Like most scientists and journalists, I have an irrational belief in my own intellectual rigor, independence, and impartiality.
That belief is a load of horse patootie.
Like most animals, I have prejudices, passions, fears, and cultural practices that effect how I see things. When science works well, all the imperfect people who search out the truth beat each other up till they uncover the truth. Or the truth remains unfound for years, even hundreds of years, because scientific prejudice prevents us from looking for that truth with eyes wide open.
This article in the New York Times points out the dangers of conflating scientific truth about global warming with policy approaches to fixing global warming. Everyone agrees that the earth is warming suddenly. Few scientists disagree that humans are causing it by putting greenhouse gases into the air. Very reasonable minds could disagree about how much warming will occur, how it will effect people, and what are our best approaches to averting problems.
For example, T Boone Pickens thinks that reallocating energy sources to power our current lifestyle makes sense. Steven Chu thinks that carbon trading caps will work. There are a whole trove of scientists with technology fixes that could work sometime in the future, with enough research. Are any of them wrong? Could we, as a society, decide to do all of them?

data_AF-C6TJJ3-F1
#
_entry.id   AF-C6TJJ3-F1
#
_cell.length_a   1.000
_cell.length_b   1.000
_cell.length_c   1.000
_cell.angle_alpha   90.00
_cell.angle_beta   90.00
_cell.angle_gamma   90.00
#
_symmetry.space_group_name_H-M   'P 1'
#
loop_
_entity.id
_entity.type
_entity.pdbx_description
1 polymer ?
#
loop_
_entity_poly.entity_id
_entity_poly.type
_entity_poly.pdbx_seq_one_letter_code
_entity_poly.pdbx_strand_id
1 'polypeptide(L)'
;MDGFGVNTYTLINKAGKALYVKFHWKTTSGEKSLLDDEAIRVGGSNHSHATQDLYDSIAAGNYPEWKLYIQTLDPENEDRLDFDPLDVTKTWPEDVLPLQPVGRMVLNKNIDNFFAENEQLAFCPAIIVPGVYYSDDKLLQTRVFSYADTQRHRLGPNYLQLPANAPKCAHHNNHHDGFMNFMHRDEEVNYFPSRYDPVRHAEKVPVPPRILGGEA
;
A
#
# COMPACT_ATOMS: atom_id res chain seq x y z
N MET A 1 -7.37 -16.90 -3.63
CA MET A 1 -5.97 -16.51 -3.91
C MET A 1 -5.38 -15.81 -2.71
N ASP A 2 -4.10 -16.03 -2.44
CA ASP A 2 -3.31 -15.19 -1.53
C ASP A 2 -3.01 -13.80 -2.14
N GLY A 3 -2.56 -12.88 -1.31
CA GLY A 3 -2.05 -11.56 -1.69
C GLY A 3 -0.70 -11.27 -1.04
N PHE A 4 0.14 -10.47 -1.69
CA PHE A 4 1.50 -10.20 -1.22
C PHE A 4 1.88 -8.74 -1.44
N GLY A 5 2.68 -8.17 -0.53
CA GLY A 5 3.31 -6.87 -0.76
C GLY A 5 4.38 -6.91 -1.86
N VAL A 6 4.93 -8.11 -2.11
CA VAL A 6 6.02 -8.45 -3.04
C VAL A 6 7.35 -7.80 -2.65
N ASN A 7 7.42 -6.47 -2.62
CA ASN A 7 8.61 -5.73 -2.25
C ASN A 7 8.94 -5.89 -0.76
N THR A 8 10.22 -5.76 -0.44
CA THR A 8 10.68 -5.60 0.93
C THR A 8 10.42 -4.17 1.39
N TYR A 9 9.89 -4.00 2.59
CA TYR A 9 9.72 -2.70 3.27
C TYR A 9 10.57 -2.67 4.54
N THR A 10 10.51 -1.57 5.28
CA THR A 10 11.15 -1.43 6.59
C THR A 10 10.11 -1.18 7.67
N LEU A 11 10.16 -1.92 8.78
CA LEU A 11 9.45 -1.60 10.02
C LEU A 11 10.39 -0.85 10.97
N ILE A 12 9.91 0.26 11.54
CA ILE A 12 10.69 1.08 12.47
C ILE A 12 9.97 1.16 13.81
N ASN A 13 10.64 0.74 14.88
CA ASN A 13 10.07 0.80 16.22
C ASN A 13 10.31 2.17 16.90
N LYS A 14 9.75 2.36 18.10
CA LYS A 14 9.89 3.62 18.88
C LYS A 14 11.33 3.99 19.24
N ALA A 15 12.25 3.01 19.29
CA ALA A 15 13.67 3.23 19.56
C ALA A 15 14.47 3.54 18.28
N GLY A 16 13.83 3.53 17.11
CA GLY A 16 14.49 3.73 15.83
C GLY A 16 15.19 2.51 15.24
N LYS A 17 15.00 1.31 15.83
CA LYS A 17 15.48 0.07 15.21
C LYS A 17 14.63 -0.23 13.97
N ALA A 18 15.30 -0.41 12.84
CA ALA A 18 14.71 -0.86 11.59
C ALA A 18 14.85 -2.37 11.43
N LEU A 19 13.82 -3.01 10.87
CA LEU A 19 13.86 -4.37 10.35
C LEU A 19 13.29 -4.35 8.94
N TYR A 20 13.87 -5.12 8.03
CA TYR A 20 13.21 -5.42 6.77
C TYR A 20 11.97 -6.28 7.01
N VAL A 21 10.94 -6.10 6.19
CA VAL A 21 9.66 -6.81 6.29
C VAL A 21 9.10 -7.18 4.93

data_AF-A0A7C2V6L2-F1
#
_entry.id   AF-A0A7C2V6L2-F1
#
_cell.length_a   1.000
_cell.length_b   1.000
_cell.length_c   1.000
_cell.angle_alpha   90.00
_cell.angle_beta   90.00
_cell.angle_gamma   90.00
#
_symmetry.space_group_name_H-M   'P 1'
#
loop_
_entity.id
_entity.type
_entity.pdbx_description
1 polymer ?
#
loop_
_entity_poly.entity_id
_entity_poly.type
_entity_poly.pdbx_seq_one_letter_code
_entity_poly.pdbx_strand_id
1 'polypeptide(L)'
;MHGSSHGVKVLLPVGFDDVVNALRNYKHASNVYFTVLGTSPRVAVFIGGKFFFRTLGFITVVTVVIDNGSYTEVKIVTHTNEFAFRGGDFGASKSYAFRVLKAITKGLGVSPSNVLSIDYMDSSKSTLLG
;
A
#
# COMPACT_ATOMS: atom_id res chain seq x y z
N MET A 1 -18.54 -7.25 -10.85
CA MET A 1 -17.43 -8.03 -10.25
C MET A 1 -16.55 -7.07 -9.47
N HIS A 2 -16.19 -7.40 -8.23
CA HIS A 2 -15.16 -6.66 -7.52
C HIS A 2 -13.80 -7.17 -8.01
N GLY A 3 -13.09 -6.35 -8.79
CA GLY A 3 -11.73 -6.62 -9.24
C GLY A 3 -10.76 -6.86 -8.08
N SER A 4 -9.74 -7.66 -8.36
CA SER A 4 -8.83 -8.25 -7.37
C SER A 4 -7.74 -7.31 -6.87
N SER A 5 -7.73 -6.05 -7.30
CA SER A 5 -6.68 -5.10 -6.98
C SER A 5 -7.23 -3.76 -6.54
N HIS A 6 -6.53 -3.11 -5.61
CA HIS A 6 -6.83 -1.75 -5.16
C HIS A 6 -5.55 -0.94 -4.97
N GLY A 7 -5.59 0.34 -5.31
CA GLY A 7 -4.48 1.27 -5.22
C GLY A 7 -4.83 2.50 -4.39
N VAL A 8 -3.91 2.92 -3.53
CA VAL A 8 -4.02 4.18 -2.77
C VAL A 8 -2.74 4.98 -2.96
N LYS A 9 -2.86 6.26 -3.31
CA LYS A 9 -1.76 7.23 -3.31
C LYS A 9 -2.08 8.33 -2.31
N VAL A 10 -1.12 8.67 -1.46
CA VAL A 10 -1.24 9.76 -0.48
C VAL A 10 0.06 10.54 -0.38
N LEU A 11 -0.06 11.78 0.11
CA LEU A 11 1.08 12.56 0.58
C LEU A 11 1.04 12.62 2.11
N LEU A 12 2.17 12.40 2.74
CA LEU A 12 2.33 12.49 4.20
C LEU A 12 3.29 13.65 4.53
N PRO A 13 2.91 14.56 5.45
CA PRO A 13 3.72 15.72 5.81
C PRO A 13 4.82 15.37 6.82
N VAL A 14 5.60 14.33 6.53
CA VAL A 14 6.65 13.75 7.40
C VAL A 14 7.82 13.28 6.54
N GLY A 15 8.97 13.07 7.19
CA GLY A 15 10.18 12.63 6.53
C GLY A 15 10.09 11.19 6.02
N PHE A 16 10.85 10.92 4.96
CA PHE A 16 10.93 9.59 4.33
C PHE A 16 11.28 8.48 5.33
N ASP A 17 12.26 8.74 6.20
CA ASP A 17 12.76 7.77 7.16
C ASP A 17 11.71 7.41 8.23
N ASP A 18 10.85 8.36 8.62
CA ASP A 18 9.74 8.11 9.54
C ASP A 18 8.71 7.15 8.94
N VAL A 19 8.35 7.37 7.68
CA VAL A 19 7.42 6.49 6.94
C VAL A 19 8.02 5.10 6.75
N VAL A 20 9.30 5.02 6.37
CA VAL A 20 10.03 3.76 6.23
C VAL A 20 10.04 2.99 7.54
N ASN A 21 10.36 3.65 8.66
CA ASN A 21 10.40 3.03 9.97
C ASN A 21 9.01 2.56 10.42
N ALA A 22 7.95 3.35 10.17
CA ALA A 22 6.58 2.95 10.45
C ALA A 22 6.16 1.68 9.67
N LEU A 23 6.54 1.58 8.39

Maybe, but if you believe that CO2 vacuum cleaners will never, ever work, then you will not invest in that research. If you believe that natural gas and wind power are faster ways to lower carbon emissions, then you will not bother with the trouble of carbon trading caps. Climate scientists could help by refining their climate models, developing better predictions, but they are no more likely to understand all the social, political, and economic ramifications of a particular solution than anyone else.
Full New York Times Article- "Politics in the Guise of Pure Science"Share Post: | Stumble | Share on Facebook | Tweet This |